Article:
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Thursday, 07 June 2007
"It's a magical piece of theatre" – Sybil Nolan, Herald Sun
The most important event for local audiences to see this Festival” – Andi Moore, Artszine
"It does honour to the festival that has presented it" – John Slavin, The Age
A pure gift” – Alison Croggon, Theatre Notes
An inclusive plea for understanding and justice” – Miriam Cosic, The Australian

There are two versions of the Ngapartji Ngapartji performance: a main stage theatre production and a five-part language show.

The language show runs over a number of nights: each night can be experienced as stand alone, though audiences are encouraged to attend all unique sessions to learn more of the language and experience a richer and deeper understanding of Ngapartji Ngapartji. This version of the show is like being immersed in the Ninti site; the first section of the show comprises films, songs, maps, and teaching of language from the community cast. During the final section of the show, Trevor performs an excerpt from his family story around the language and cultural theme the audience has just been introduced to. These include; Anangu (body), Ngura (country), Walytja (family) and Tjukurpa (law and culture).

Teaching Language, Melbourne 2005

The audience are invited to learn Pitjantjatjara. In exchange, Trevor will share parts of his family story in Pitjantjatjara and in English. His father, born in the red desert sands where his people had lived for over 50,000 years, was moved off his Ngura (country) to make way for the British atomic tests at Maralinga following World War II.’ – Adelaide Cabaret Festival program 2007

The main stage theatre production runs for 106 minutes and explores the impact of the Cold War on the 20th Century through the prism of Trevor’s family experience in the South Australian desert.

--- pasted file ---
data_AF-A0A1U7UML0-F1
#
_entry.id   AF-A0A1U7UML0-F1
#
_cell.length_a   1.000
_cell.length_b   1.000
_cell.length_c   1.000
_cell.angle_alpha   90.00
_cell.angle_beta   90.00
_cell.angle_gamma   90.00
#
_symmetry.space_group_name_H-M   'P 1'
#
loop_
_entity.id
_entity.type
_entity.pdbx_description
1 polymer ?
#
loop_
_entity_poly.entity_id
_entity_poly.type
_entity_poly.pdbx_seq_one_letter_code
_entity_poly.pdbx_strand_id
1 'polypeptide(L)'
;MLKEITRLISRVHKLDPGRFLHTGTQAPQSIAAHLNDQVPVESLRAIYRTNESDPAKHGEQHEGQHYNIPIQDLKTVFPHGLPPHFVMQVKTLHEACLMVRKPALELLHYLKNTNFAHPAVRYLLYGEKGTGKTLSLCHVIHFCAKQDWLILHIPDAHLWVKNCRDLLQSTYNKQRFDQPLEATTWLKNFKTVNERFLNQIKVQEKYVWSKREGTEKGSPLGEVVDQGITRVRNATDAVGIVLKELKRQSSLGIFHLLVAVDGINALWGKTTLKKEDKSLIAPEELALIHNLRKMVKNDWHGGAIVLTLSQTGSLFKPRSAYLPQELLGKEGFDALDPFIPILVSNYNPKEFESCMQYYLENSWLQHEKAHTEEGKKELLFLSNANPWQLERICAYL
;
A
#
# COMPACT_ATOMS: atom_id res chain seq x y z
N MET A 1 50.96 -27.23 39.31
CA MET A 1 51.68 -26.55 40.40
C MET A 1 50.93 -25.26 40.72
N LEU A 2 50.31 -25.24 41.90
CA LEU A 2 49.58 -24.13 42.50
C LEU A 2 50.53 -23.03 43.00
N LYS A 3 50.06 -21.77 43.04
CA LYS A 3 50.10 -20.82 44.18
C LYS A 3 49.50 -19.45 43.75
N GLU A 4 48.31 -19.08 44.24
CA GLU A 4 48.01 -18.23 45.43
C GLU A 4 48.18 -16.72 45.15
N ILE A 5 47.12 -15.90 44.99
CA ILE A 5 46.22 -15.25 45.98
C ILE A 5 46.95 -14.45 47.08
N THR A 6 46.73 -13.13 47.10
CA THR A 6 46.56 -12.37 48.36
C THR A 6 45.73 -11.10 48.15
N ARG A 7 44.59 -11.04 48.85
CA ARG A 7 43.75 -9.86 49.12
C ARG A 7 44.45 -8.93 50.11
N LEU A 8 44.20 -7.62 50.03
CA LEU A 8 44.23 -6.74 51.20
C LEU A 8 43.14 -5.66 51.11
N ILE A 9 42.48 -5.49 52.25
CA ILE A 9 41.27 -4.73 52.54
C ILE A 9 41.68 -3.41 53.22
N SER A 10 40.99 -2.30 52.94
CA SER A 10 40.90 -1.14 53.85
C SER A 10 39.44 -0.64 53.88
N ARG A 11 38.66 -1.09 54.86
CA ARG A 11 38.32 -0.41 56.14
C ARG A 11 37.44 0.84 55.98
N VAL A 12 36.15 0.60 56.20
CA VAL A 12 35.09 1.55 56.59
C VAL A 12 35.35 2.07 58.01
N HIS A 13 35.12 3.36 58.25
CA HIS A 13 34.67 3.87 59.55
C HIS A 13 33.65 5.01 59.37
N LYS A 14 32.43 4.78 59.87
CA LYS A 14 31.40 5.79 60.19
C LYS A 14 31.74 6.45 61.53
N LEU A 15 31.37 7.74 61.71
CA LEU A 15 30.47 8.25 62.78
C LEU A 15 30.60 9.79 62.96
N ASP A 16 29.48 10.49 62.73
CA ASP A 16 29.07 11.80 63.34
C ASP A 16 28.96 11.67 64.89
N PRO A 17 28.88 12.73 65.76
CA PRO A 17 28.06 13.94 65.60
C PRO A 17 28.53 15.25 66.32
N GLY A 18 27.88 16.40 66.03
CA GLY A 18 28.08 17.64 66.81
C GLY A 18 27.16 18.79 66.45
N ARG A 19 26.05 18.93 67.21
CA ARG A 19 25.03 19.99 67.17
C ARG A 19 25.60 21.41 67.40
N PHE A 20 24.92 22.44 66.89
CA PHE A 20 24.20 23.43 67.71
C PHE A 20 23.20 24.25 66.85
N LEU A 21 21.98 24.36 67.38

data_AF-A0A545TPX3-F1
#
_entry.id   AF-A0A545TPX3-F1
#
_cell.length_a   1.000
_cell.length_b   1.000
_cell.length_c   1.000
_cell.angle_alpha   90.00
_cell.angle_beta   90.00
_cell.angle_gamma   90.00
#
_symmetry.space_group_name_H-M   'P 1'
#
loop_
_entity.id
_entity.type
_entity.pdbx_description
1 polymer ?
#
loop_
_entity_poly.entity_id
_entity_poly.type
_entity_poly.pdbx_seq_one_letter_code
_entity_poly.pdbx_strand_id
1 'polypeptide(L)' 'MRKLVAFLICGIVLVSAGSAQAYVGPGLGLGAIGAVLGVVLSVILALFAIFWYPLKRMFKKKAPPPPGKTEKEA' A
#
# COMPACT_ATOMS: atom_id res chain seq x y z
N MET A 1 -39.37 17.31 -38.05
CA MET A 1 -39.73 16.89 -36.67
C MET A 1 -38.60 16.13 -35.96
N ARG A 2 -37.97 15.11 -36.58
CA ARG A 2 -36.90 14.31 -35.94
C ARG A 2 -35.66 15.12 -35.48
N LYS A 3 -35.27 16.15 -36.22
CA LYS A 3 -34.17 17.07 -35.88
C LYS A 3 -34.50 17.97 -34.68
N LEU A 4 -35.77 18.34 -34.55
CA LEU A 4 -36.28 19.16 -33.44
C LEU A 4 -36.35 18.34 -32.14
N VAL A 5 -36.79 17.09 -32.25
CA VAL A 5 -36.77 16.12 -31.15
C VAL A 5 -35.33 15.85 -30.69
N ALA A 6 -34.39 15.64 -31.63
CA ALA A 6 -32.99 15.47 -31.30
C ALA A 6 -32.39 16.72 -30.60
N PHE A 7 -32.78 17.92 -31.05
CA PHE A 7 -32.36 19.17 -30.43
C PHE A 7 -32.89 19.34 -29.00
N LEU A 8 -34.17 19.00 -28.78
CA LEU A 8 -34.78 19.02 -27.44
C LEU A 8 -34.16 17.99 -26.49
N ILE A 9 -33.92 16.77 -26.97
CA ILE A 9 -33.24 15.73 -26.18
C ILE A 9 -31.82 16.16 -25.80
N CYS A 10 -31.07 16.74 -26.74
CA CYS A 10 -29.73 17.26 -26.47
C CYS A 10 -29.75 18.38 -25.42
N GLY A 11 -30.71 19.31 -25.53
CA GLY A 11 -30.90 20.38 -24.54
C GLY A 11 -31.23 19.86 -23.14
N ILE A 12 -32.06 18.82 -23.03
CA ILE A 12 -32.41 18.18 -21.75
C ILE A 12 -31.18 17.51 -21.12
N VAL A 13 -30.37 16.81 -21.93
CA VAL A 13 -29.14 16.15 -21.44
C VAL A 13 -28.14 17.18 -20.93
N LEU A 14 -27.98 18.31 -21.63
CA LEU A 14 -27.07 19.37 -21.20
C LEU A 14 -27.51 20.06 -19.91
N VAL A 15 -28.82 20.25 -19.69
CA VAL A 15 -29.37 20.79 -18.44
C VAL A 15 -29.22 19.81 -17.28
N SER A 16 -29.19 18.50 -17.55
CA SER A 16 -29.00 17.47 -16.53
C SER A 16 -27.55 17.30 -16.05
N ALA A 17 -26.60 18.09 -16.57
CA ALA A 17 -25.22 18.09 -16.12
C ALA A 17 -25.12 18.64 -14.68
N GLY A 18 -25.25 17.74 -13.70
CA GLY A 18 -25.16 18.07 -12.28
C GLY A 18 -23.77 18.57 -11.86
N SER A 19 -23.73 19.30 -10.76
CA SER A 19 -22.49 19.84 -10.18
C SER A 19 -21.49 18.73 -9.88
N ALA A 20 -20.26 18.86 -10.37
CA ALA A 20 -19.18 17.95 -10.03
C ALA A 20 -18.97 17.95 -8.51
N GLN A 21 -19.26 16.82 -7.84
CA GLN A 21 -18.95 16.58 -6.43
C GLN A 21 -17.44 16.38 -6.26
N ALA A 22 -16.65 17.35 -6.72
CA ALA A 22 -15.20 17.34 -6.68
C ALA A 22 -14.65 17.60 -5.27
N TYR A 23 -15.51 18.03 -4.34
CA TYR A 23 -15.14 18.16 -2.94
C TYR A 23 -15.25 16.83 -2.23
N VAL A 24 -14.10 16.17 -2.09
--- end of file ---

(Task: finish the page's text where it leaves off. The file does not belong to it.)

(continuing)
This epic story of displacement unfolds across Trevor’s ‘ngura’ (country) to reveal conspiracies, cover-ups, negligence and the naïve bullying of a self-assured international leadership blinded by profit, fear and warmongering. The performance strikes a delicate balance between the familiar – with David Bowie and David Byrne songs in Pitjantjatjara – and the startlingly unfamiliar with a powerful language and culture revealed in ways that are ‘palya’ (fine/OK) for non-Pitjantjatjara audiences to experience’. – Melbourne International Arts Festival program 2006.

Trevor and Yumi, Melbourne International Arts Festival 2006

Last Updated ( Tuesday, 19 June 2007 )
 


Sydney Theatre Awards 2008
Ngapartji Ngapartji nominated for Best Mainstage Production, Best Direction and Best Actor in a Lead Role.
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The Age Review Nothing Rhymes with Ngapartji
Pitjantjatjara actor Trevor Jamieson has taken his hit stage show, Ngapartji Ngapartji, around the country winning acclaim, awards and the respect of everyone who has seen him perform.
Read more...